Vol. 3 No. 1 (2017)
Review Article

Nutritional Renaissance and Public Health Policy

Campbell TC
Division of Nutritional Sciences, 204 North Cayuga Street, Ithaca NY 14851, USA
Published October 11, 2017


The science of nutrition has long been entrapped in reductionist interpretation of details, a source of great confusion. However, if nutrition is defined as the integration of countless nutrient factors, metabolic reactions and outcomes, biologically orchestrated as in symphony, its relevance for personal and public health would be less confusing and more productive. This more wholistic interpretation may be observed at the cellular and physiological levels and may be described, in part, by the concept of pleiotropy (multiple cell-based effects from one nutrient source), together with its more expansive cousin, epitropy (multiple cell-based effects from multiple nutrients). First, wholistic interpretation helps to explain the profound but little-known health benefits of whole plant-based foods (not vegan or vegetarian) when compared with whole animal-based foods and/or with the nutritionally variable convenience foods (generally high in fat, salt, refined carbohydrates and low in complex carbohydrates). Second, wholistic interpretation explains why the U.S. Dietary Guidelines and related public policies, which are primarily conceived from reductionist reasoning, serve political agendas so effectively. If diet and health  advisories were to acknowledge the biological complexity of nutrition, then make greater use of deductive (top down) instead of inductive (bottom up) reasoning, there would be less confusion. Third, wholistic nutrition, if acknowledged, could greatly help to resolve the highlypolarized, virtually intractable political debate on health care. And fourth, this definition tells why nutrition is rarely if ever offered in medical school training, is not one of the 130 or so medical specialties, and does not have a dedicated research institute at U.S. National Institutes of Health. Nutrition is a wholistic science whereas medical practice is reductionist, a serious mismatch that causes biased judgement of nutrition. But this dichotomy would not exist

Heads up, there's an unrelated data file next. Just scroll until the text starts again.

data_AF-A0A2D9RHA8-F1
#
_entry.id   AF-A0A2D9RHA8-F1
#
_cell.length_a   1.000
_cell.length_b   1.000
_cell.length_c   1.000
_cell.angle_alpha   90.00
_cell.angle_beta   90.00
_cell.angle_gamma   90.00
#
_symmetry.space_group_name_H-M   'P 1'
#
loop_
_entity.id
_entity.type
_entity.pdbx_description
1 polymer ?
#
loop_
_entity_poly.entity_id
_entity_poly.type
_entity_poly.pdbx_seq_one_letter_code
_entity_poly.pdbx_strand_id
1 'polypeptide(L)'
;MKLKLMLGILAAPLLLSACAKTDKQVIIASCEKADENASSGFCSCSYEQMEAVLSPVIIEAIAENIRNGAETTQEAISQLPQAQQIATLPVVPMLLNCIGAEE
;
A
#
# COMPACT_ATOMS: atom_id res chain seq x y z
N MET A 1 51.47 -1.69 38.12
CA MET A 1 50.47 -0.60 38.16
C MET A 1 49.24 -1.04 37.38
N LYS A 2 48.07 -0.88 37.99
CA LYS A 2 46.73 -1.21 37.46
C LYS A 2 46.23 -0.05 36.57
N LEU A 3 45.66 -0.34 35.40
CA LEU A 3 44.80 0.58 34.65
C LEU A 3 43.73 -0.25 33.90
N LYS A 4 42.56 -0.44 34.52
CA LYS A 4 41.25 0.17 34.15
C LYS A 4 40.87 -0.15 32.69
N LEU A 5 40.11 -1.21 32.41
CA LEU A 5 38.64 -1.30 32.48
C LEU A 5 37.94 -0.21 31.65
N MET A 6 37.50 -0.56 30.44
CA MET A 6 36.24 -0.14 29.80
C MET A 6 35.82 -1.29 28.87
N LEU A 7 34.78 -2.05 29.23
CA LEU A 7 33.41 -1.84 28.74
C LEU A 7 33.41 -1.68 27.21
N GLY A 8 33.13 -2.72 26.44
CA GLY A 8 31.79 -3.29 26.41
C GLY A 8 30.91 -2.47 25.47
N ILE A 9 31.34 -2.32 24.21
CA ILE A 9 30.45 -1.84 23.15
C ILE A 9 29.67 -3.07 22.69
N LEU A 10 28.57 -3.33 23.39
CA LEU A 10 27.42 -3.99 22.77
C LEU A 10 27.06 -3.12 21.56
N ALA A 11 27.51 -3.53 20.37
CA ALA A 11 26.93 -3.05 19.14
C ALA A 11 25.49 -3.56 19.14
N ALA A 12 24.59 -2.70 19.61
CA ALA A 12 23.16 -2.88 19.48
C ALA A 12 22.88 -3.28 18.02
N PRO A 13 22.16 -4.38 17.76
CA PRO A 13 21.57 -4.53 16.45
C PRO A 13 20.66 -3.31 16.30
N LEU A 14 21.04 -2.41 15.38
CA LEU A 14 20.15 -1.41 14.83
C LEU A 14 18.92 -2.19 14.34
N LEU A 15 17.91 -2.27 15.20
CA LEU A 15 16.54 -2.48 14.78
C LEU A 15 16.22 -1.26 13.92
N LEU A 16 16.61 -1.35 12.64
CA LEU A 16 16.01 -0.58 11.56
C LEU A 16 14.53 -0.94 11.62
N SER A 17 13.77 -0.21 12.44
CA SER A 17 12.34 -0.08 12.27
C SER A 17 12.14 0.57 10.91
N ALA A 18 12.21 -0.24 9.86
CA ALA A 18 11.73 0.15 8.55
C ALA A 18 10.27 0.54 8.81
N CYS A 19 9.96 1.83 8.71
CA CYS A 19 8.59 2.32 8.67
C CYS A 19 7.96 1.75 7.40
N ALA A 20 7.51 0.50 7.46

if the medical practice profession were to understand and adopt wholistic interpretation. Reductionist research, however, is crucially important because its findings provide the granular structure for wholistic interpretation—these
two philosophies are inescapably interdependent. Evidence obtained in this manner lends strong support to the suggestion that nutrition is more efficacious and far more affordable in maintaining and restoring (treating) health than all the pills and procedures combined. Admittedly, this is a challenging paradigm for the domain of medical science itself.